The vehemence of my moral indignation surprised me. Was I beginning to have standards and principles, and, oh dear, scruples? What were they, and what would I do with them, and how much were they going to get in my way?
I reflected wearily that it was not easy to be a Woman in these stirring times. I said it then and I say it now: it just isn’t our century.
This is how Sally Jay describes her boring American cousin John:
Presidential candidates, Senatorial investigations, juvenile delinquency – he held firm views on all of them, views which needless to say he was entirely willing to share with one and all, and if the thought ever struck him that there might possibly be people at the table who were uninformed or even just plain uninterested in these peculiarly American problems, it never slowed the steady flow nor quelled the mighty roar.
She does not spare Paris and the Parisians from her sharp tongue:
The French more than anyone – the French alone – have mastered the fine art of sweating out a drink. I’ve seen them time and again in that cafe, hat, coat, gloves and scarves to the eyebrows, sitting in attitudes of imminent departure – and sitting there all night, the same stemmed glass before them.
How I hated Paris! Paris was one big flea-bag. Everything in Paris moved if you looked at it long enough. There were tiny bugs working their way into the baskets of ferns on the wall and a million flies buzzing around my table. In fact, all those shrewd, flashing glances upon which the Parisian’s reputation as a wit is almost entirely based, are motivated by nothing more than his weary, steady need to keep on the bug-hunt.
You have to admire Sally Jay’s gutsiness, determination and innate optimism, but at times her chaotic life catches up with her and we get glimpses of a confused and vulnerable young girl, which makes her very endearing. Readers have compared her to Holly Golightly, but this is no ‘manic pixie girl’ invented by a male author, but the creation of a female author with plenty of wry asides for women of all ages.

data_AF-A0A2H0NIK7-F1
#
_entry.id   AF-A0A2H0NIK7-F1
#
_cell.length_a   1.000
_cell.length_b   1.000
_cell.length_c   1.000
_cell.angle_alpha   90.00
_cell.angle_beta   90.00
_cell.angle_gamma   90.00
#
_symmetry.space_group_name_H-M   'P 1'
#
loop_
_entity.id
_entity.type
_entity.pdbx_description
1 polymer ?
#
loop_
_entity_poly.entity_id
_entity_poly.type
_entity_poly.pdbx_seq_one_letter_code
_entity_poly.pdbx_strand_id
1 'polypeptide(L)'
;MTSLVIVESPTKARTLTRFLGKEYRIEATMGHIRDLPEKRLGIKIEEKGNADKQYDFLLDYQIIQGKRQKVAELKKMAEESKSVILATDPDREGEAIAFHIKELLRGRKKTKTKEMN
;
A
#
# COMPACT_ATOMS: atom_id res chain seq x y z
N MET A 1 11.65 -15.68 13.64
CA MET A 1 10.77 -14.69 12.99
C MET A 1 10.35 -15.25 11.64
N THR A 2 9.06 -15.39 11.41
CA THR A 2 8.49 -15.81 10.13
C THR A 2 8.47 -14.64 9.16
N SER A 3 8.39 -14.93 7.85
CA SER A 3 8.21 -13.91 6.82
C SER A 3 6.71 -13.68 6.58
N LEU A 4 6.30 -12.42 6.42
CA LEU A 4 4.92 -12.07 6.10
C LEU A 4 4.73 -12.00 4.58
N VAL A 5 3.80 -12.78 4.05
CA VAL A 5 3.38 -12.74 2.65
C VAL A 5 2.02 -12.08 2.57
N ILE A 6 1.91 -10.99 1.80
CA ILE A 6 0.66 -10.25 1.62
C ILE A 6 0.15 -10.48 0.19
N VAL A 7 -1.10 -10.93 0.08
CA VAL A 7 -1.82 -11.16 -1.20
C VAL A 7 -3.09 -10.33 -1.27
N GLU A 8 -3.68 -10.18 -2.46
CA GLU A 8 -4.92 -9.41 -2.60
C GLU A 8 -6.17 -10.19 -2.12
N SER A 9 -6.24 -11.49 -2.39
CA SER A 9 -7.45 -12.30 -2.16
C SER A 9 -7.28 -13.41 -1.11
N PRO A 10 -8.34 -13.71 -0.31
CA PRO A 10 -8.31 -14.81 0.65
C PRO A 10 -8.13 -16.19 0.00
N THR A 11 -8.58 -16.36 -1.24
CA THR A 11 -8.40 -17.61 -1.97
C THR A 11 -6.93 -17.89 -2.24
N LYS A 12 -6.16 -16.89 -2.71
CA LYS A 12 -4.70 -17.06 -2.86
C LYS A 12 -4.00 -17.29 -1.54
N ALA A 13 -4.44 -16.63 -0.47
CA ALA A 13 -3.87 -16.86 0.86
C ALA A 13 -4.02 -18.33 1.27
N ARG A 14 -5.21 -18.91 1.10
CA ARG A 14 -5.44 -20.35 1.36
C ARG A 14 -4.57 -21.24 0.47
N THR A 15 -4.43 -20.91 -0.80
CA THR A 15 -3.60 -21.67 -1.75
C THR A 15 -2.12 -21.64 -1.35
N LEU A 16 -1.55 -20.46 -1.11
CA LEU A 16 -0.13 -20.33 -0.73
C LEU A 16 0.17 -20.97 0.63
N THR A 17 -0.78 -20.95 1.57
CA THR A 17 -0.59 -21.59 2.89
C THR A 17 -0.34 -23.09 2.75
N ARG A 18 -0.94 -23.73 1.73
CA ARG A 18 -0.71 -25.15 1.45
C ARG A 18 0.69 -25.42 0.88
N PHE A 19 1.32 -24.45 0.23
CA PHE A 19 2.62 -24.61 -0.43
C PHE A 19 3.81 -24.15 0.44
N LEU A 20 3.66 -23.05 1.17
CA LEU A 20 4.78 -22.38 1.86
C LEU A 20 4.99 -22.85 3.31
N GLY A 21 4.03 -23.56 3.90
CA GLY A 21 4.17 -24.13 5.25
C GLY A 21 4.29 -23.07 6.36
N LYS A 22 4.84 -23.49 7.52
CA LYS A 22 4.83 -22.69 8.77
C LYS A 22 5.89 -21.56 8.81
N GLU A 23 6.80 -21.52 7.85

If I could only figure out if it was Larry I was in love with, or just love, then I’d be all set, I told myself. It had certainly seemed to be Larry that morning, especially after that scene at the Dupont, but I was so sure of it then, why not now?
What happens when your curiosity just suddenly gives out? When the will and the energy snap and it all seems so once-over-again? What’s going to happen to me five years from now on, when I wake in the night (or can’t sleep in the first place…), take a deep breath to start all over again, and find that I’ve no breath left?
Sally Jay describes herself as a dud avocado – all shiny and exotic on the outside, but possibly not very nice on the inside, and I felt that this could apply both to her experiences of life in Europe, and also to the book itself. A lot of superficial charm and exuberance, but a little of it goes a long way. Perhaps that was precisely the point that the author was making – that these ‘stars in their eyes wannabe artists and expats’ are pretentious, unreliable and vacuous, puncturing the myth of 1920s Golden Age Paris?
Different time and different city, but not all that dissimilar from Other People’s Clothes – except that the main protagonist here is far more charming and amusing. The story itself felt not only meandering (and virtually plotless), but also slightly hollow. However, it’s really all about how the story gets told. I loved Sally Jay’s voice, resilience and humour. This is a perfect ‘mood booster’ kind of book.
This month my reading will be focused very much on (mainly but not exclusively Anglo) expats. I don’t know if it’s my own plans for eventually moving to Berlin that have made the subject particularly pertinent and visible, or if it’s a publishing trend, but quite a few recent books seem to be dedicated to life in Berlin. The city that no one wanted to move to before 1990 and which then became super-trendy (and increasingly expensive). It’s the trendiness, a young person’s view of Berlin, that I found in the first three books I read: they talk about relatively recent periods in the town’s history rather than the more edgy grunge and squatter heaven of the early 1990s. None of these books struck me as being truly preoccupied or interested in the city itself – instead, these people were looking for their own selves or for connection or love or to fuel their addictions. They all made me feel tired and old.
Oscar Coop-Phane: Tomorrow Berlin, transl. George Miller, Arcadia, 2015.